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The Year of the Family

By January 5, 2012August 30th, 2022Devotional

As most of you already know, Janet and I did not decide that I should go to seminary until I was in my late forties. The kids were grown, we had downsized the house, and as it had been when we were first married, we were pretty much alone in our home. At one point during my studies, Andrew came back to live with us for a short time, but by and large, it was just the two of us.

I had been pretty tied up in the corporate community for years and it is no secret that I was a pretty hard charging kind of guy, set on success. The company grew, and by most measurements, I guess one would say that we were successful, at least by the measure of the world’s standards. The company profits had ebbed and flowed throughout the years, and at one time we had more than 1000 employees, but there was an undeniable void in our lives that couldn’t be filled with more success, or a bigger bonus at the end of the year.

As this feeling of uneasiness continued to grow, it became more evident that God was leading me to seminary. It was there that I met my friend Paul, a person you have read about numerous times throughout the history of TBTB. We were incredibly unlikely friends – so different as to almost be humorous. He was an independent Baptist and I was an evangelical. He used the King James Bible; and I taught most of the time from the NIV. He was a pastor; I was a corporate guy. He and Michelle had 10 children, while Janet and I had 3. He sought the Lord before making decisions, while I usually tried to convince God that my way was right. How we ever ended up being friends is truly a miracle, but God put us together and it was one of the greatest blessings of my life.

Paul has taught me patience, and to wait on God. To be less direct, although my family would disagree with that one. He has taught his family to live at a standard that most of us in this country would find difficult to accept. He was excellent in learning the Greek and Hebrew, which frustrated me, and I swear he could almost recite the Bible cover to cover. Whenever I was around his children, they were well behaved, respectful, attentive and obedient to Paul’s desires and parental mandates.

Yet one December, as we contemplated our goals for the next year, I sensed an uneasiness in Paul as we discussed different themes  for improving ourselves. We talked about vowing to do better in the languages, to be drawn closer to God, to study theology at a deeper level, to hold one another accountable as brothers in Christ, to devote ourselves to more prayer time and a host of other obvious things that I am sure you have already thought of to improve our relationship with God.

Nothing seemed to satisfy Paul as a theme for the upcoming year. Then, almost out of nowhere, he mentioned the area where he thought he needed additional work. He wanted us to devote ourselves to becoming better leaders of our families. One the idea sunk in, I was onboard. He mentioned some things that I had never really given much thought to. Since we both came from families that left something to be desired from a God-centered perspective, he wanted to concentrate on modeling a Christlike behavior. He also wanted to be a better listener and to prepare his sons as eventual leaders of their own God centered families; and to prepare his daughters to be diligent and competent in raising their children as parents as well.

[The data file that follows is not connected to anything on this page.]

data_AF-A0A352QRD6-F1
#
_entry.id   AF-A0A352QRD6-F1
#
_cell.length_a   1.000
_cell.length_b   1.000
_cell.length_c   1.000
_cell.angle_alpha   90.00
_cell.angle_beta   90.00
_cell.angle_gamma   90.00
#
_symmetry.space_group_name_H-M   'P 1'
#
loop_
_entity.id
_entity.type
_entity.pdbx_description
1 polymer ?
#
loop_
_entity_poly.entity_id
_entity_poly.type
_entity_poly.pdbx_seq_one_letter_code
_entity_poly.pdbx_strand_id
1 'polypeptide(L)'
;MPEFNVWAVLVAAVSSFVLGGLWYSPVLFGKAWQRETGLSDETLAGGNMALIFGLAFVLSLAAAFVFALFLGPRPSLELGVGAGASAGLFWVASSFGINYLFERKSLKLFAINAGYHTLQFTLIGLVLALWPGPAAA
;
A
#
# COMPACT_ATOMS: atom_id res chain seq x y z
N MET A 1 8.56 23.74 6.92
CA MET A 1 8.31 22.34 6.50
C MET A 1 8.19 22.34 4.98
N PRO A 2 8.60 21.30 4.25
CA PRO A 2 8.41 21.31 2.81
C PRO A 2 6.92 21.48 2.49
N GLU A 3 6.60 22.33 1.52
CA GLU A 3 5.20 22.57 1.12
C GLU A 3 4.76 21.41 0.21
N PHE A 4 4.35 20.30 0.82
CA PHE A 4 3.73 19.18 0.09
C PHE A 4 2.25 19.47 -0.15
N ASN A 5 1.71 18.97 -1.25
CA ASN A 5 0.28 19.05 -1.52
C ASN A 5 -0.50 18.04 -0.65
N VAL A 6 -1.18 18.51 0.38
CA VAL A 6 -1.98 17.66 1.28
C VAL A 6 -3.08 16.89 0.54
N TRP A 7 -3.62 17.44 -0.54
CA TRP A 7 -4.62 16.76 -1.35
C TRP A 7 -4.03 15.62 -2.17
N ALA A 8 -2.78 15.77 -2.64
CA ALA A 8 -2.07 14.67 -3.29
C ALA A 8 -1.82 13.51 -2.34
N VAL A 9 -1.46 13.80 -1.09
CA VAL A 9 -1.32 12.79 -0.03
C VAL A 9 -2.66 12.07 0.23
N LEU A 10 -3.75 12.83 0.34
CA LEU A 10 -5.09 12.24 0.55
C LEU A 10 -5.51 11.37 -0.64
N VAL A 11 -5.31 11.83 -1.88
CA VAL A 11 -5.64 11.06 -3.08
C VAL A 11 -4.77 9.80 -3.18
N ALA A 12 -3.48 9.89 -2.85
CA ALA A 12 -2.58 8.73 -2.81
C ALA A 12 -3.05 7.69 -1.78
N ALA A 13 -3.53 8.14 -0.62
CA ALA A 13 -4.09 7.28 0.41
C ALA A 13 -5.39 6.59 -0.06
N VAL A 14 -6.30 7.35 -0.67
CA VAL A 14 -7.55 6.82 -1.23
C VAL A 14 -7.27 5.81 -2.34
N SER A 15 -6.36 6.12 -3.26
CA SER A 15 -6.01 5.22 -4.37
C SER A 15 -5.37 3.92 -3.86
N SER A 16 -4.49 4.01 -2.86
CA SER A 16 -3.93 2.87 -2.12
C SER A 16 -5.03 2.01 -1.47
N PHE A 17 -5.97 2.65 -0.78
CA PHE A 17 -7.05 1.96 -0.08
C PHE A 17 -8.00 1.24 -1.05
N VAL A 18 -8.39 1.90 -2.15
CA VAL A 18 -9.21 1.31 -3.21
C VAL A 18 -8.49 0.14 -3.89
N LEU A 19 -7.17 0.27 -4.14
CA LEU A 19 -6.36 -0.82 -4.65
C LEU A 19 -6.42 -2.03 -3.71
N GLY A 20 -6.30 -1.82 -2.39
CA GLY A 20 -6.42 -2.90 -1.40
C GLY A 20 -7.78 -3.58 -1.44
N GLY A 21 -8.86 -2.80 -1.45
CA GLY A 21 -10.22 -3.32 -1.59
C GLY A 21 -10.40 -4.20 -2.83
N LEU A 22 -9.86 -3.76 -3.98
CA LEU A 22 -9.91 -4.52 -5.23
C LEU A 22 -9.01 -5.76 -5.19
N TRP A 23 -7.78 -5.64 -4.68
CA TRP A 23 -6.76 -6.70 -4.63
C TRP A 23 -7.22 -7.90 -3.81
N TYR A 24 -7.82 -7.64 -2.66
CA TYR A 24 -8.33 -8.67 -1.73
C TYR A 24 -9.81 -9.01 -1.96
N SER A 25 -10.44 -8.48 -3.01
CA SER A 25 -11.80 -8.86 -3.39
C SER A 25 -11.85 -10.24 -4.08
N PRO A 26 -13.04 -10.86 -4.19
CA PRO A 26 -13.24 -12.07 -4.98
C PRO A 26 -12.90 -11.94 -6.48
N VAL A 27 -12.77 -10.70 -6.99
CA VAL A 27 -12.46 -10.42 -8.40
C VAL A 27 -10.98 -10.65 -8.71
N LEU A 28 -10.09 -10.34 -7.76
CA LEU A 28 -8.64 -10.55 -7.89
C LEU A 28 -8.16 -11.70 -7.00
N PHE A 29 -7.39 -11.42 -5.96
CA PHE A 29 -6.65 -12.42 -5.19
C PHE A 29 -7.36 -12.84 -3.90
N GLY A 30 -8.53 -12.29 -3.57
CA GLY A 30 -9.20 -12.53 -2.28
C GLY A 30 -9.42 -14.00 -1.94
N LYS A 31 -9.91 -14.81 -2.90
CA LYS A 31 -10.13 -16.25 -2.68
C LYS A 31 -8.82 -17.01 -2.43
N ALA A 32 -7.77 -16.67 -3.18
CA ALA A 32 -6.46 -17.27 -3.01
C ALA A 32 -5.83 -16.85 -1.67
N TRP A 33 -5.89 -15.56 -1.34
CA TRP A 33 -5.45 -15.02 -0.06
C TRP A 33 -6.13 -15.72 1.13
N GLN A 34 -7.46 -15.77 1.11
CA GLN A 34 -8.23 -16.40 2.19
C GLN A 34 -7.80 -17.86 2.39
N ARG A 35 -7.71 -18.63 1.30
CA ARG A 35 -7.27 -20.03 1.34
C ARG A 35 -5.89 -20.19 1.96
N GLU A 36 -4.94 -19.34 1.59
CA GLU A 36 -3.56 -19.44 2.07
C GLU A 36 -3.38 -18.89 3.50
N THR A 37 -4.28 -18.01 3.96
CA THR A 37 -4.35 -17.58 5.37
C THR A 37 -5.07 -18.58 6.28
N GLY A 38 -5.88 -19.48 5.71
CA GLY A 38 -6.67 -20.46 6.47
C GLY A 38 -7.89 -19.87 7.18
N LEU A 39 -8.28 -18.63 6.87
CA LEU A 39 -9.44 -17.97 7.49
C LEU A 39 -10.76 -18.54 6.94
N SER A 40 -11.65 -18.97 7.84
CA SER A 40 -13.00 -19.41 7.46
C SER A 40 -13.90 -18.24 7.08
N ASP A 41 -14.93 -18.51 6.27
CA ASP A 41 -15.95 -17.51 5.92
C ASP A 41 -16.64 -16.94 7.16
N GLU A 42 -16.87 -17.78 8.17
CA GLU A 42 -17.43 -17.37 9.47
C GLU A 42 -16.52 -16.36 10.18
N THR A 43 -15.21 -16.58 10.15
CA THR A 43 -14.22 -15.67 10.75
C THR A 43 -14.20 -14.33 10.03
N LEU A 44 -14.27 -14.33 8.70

Aside from these things, he also wanted to make sure that he spent more time with his family. That’s something that I never did very well when the kids were growing up. I worked quite a bit and frankly, I don’t remember as much of their childhood as I wish I did. And back in those days, faith was not as important to me as it is now. I know that the kids hesitated to bring their friends home, and although these are the realities, I can’t do too much about those days now. That ship sailed many years ago. But Paul’s reminder that we are fathers for as long as we have children really resonated with me.

We didn’t have to cease being role models because our kids got older; or moved out. So we adopted “the year of the family” as our official theme. The next year, when we thought about other topics, Paul let me know that he still could do better as father and husband. He was the one who had the courage to say what I was thinking about myself….. so, you guessed it, we kept the same theme the following year, and every year since. Because we both came to the realization that parenting is a lifetime commitment; and continuing to be a role model for our children is just too important to ignore.

Now Janet will tell you that I don’t fare too well in this area. The kids will all call me when they are in trouble, or really need something, but other than that, Janet gets the first call. I am viewed as somewhat judgmental, and none of the kids like that part of me. In fact, I’m not too fond of it myself. And there are other areas I could improve, but you get the idea, I’m sure.

So, as Paul and I embark on another “year of the family,” I invite you to join us. The verse tonight comes from Paul’s letter to his protege Timothy. In 1 Tim 5:18, Paul warns his young friend, “But if anyone does not provide for his own, and especially for those of his household, he has denied the faith and is worse than an unbeliever.” I guess I don’t need to explain, except that he didn’t mean “financial provision” as much as he meant to “care” for family members.

My encouragement tonight is to invite you to be the best parent you can be; and to improve the way you “do” family. There is always room for improvement. And my prayer is that your family will be blessed by your commitment to become a better leader for your spouse and children. Have a great day in the Lord….

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